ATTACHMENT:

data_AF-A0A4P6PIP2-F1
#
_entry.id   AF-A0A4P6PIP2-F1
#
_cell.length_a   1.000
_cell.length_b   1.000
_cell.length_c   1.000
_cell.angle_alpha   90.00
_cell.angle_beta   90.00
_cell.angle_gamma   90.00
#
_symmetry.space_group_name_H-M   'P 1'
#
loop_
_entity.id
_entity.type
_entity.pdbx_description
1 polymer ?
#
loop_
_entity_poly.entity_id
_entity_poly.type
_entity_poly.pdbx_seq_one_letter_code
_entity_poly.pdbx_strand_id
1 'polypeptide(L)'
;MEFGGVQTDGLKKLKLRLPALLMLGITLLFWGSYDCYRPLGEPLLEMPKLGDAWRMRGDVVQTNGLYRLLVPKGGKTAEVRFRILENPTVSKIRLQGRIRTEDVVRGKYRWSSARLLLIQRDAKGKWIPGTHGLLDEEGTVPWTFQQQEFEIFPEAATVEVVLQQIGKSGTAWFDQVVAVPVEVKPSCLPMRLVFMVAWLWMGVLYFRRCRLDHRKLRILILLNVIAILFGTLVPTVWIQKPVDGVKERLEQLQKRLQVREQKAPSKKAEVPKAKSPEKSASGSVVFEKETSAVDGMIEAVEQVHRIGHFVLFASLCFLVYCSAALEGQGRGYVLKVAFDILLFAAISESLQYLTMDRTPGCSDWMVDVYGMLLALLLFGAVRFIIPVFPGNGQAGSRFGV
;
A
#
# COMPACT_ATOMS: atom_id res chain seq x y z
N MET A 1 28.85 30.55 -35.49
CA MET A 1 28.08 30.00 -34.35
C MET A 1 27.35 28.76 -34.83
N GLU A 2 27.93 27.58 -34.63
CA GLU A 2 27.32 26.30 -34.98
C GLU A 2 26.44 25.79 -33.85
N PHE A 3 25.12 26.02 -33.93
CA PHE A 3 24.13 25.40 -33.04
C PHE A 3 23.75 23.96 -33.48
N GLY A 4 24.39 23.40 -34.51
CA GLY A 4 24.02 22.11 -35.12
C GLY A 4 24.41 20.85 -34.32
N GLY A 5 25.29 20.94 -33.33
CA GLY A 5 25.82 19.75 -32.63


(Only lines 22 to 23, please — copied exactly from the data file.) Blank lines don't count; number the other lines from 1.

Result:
_entity_poly.type
_entity_poly.pdbx_seq_one_letter_code